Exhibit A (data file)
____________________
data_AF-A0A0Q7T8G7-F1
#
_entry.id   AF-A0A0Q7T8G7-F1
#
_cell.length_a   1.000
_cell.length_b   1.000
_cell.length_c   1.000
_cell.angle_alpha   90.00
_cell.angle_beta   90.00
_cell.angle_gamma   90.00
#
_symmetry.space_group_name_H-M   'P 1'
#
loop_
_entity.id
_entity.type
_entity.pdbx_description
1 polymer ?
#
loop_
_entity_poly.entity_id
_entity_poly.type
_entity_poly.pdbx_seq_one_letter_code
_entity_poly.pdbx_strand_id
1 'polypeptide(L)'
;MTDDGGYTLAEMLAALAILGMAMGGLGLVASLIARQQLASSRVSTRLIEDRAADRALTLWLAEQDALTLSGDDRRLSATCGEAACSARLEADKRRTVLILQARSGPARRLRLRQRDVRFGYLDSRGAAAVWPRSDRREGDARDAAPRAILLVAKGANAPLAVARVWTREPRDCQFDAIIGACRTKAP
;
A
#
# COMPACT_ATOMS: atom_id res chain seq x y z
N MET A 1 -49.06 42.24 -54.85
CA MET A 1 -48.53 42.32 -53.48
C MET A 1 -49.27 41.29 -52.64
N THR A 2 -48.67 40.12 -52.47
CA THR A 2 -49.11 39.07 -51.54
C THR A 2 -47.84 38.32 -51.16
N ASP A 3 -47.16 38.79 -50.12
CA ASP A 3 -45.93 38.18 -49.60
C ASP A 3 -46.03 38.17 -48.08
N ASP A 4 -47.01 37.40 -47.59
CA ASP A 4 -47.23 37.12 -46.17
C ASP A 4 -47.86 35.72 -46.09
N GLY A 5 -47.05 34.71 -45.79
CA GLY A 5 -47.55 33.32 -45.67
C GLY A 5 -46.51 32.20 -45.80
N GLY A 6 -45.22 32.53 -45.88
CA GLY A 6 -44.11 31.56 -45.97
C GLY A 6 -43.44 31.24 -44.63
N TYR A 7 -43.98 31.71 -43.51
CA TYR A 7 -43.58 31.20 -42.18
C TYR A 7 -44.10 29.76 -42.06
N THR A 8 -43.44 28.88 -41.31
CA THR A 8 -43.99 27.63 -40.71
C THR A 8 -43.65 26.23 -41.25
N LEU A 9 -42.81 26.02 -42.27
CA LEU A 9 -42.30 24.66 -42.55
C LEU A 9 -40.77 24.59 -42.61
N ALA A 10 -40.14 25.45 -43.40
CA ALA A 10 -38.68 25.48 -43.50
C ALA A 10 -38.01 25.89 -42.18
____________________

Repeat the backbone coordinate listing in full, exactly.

data_AF-A0A0Q7T8G7-F1
#
_entry.id   AF-A0A0Q7T8G7-F1
#
_cell.length_a   1.000
_cell.length_b   1.000
_cell.length_c   1.000
_cell.angle_alpha   90.00
_cell.angle_beta   90.00
_cell.angle_gamma   90.00
#
_symmetry.space_group_name_H-M   'P 1'
#
loop_
_entity.id
_entity.type
_entity.pdbx_description
1 polymer ?
#
loop_
_entity_poly.entity_id
_entity_poly.type
_entity_poly.pdbx_seq_one_letter_code
_entity_poly.pdbx_strand_id
1 'polypeptide(L)'
;MTDDGGYTLAEMLAALAILGMAMGGLGLVASLIARQQLASSRVSTRLIEDRAADRALTLWLAEQDALTLSGDDRRLSATCGEAACSARLEADKRRTVLILQARSGPARRLRLRQRDVRFGYLDSRGAAAVWPRSDRREGDARDAAPRAILLVAKGANAPLAVARVWTREPRDCQFDAIIGACRTKAP
;
A
#
# COMPACT_ATOMS: atom_id res chain seq x y z
N MET A 1 -49.06 42.24 -54.85
CA MET A 1 -48.53 42.32 -53.48
C MET A 1 -49.27 41.29 -52.64
N THR A 2 -48.67 40.12 -52.47
CA THR A 2 -49.11 39.07 -51.54
C THR A 2 -47.84 38.32 -51.16
N ASP A 3 -47.16 38.79 -50.12
CA ASP A 3 -45.93 38.18 -49.60
C ASP A 3 -46.03 38.17 -48.08
N ASP A 4 -47.01 37.40 -47.59
CA ASP A 4 -47.23 37.12 -46.17
C ASP A 4 -47.86 35.72 -46.09
N GLY A 5 -47.05 34.71 -45.79
CA GLY A 5 -47.55 33.32 -45.67
C GLY A 5 -46.51 32.20 -45.80
N GLY A 6 -45.22 32.53 -45.88
CA GLY A 6 -44.11 31.56 -45.97
C GLY A 6 -43.44 31.24 -44.63
N TYR A 7 -43.98 31.71 -43.51
CA TYR A 7 -43.58 31.20 -42.18
C TYR A 7 -44.10 29.76 -42.06
N THR A 8 -43.44 28.88 -41.31
CA THR A 8 -43.99 27.63 -40.71
C THR A 8 -43.65 26.23 -41.25
N LEU A 9 -42.81 26.02 -42.27
CA LEU A 9 -42.30 24.66 -42.55
C LEU A 9 -40.77 24.59 -42.61
N ALA A 10 -40.14 25.45 -43.40
CA ALA A 10 -38.68 25.48 -43.50
C ALA A 10 -38.01 25.89 -42.18